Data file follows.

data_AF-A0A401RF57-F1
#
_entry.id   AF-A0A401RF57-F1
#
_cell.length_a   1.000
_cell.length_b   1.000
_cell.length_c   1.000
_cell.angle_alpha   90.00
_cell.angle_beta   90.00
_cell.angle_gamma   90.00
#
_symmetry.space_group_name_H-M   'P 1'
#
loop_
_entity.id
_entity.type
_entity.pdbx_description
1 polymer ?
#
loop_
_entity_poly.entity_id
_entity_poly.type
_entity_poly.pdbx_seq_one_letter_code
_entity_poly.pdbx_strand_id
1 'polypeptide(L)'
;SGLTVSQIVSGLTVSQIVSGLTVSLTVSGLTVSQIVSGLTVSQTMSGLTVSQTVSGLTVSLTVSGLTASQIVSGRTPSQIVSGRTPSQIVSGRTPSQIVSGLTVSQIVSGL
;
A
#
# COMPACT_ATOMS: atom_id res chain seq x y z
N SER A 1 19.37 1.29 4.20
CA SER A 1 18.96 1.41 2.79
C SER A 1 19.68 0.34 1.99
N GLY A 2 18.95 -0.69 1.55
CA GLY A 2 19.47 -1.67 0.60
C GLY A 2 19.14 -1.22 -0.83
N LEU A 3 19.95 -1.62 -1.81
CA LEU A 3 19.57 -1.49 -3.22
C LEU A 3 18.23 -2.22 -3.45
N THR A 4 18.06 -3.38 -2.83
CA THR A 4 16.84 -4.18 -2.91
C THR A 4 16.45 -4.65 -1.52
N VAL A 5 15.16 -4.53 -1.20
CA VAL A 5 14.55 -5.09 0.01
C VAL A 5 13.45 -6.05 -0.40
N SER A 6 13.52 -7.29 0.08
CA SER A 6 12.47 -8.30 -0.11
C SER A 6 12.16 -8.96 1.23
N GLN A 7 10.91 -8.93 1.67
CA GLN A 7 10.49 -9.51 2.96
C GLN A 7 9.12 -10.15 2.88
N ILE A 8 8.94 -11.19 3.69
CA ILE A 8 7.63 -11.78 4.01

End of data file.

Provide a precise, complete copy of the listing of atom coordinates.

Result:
data_AF-A0A401RF57-F1
#
_entry.id   AF-A0A401RF57-F1
#
_cell.length_a   1.000
_cell.length_b   1.000
_cell.length_c   1.000
_cell.angle_alpha   90.00
_cell.angle_beta   90.00
_cell.angle_gamma   90.00
#
_symmetry.space_group_name_H-M   'P 1'
#
loop_
_entity.id
_entity.type
_entity.pdbx_description
1 polymer ?
#
loop_
_entity_poly.entity_id
_entity_poly.type
_entity_poly.pdbx_seq_one_letter_code
_entity_poly.pdbx_strand_id
1 'polypeptide(L)'
;SGLTVSQIVSGLTVSQIVSGLTVSLTVSGLTVSQIVSGLTVSQTMSGLTVSQTVSGLTVSLTVSGLTASQIVSGRTPSQIVSGRTPSQIVSGRTPSQIVSGLTVSQIVSGL
;
A
#
# COMPACT_ATOMS: atom_id res chain seq x y z
N SER A 1 19.37 1.29 4.20
CA SER A 1 18.96 1.41 2.79
C SER A 1 19.68 0.34 1.99
N GLY A 2 18.95 -0.69 1.55
CA GLY A 2 19.47 -1.67 0.60
C GLY A 2 19.14 -1.22 -0.83
N LEU A 3 19.95 -1.62 -1.81
CA LEU A 3 19.57 -1.49 -3.22
C LEU A 3 18.23 -2.22 -3.45
N THR A 4 18.06 -3.38 -2.83
CA THR A 4 16.84 -4.18 -2.91
C THR A 4 16.45 -4.65 -1.52
N VAL A 5 15.16 -4.53 -1.20
CA VAL A 5 14.55 -5.09 0.01
C VAL A 5 13.45 -6.05 -0.40
N SER A 6 13.52 -7.29 0.08
CA SER A 6 12.47 -8.30 -0.11
C SER A 6 12.16 -8.96 1.23
N GLN A 7 10.91 -8.93 1.67
CA GLN A 7 10.49 -9.51 2.96
C GLN A 7 9.12 -10.15 2.88
N ILE A 8 8.94 -11.19 3.69
CA ILE A 8 7.63 -11.78 4.01